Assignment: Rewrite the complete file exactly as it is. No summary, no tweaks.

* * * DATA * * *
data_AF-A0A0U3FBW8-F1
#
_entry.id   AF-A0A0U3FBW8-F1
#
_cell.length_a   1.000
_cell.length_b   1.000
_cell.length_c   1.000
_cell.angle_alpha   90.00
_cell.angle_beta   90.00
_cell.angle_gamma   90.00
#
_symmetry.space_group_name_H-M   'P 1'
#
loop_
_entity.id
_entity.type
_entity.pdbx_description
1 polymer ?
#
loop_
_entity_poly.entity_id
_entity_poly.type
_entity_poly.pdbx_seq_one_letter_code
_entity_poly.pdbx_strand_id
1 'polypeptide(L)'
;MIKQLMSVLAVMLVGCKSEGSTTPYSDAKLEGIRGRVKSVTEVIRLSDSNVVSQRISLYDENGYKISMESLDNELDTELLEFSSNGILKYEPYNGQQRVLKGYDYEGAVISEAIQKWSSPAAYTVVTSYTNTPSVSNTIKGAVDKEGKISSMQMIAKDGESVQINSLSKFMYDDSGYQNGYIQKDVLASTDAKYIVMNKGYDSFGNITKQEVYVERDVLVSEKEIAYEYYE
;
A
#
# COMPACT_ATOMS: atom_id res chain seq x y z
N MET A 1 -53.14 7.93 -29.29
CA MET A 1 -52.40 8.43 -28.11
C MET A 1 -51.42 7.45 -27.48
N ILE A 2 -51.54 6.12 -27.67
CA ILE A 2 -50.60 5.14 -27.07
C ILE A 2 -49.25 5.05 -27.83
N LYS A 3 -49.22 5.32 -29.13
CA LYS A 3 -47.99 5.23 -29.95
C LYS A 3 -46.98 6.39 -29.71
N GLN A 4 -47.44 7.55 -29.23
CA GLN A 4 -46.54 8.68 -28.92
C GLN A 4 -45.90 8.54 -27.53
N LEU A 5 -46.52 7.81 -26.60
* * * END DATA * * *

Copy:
data_AF-A0A0U3FBW8-F1
#
_entry.id   AF-A0A0U3FBW8-F1
#
_cell.length_a   1.000
_cell.length_b   1.000
_cell.length_c   1.000
_cell.angle_alpha   90.00
_cell.angle_beta   90.00
_cell.angle_gamma   90.00
#
_symmetry.space_group_name_H-M   'P 1'
#
loop_
_entity.id
_entity.type
_entity.pdbx_description
1 polymer ?
#
loop_
_entity_poly.entity_id
_entity_poly.type
_entity_poly.pdbx_seq_one_letter_code
_entity_poly.pdbx_strand_id
1 'polypeptide(L)'
;MIKQLMSVLAVMLVGCKSEGSTTPYSDAKLEGIRGRVKSVTEVIRLSDSNVVSQRISLYDENGYKISMESLDNELDTELLEFSSNGILKYEPYNGQQRVLKGYDYEGAVISEAIQKWSSPAAYTVVTSYTNTPSVSNTIKGAVDKEGKISSMQMIAKDGESVQINSLSKFMYDDSGYQNGYIQKDVLASTDAKYIVMNKGYDSFGNITKQEVYVERDVLVSEKEIAYEYYE
;
A
#
# COMPACT_ATOMS: atom_id res chain seq x y z
N MET A 1 -53.14 7.93 -29.29
CA MET A 1 -52.40 8.43 -28.11
C MET A 1 -51.42 7.45 -27.48
N ILE A 2 -51.54 6.12 -27.67
CA ILE A 2 -50.60 5.14 -27.07
C ILE A 2 -49.25 5.05 -27.83
N LYS A 3 -49.22 5.32 -29.13
CA LYS A 3 -47.99 5.23 -29.95
C LYS A 3 -46.98 6.39 -29.71
N GLN A 4 -47.44 7.55 -29.23
CA GLN A 4 -46.54 8.68 -28.92
C GLN A 4 -45.90 8.54 -27.53
N LEU A 5 -46.52 7.81 -26.60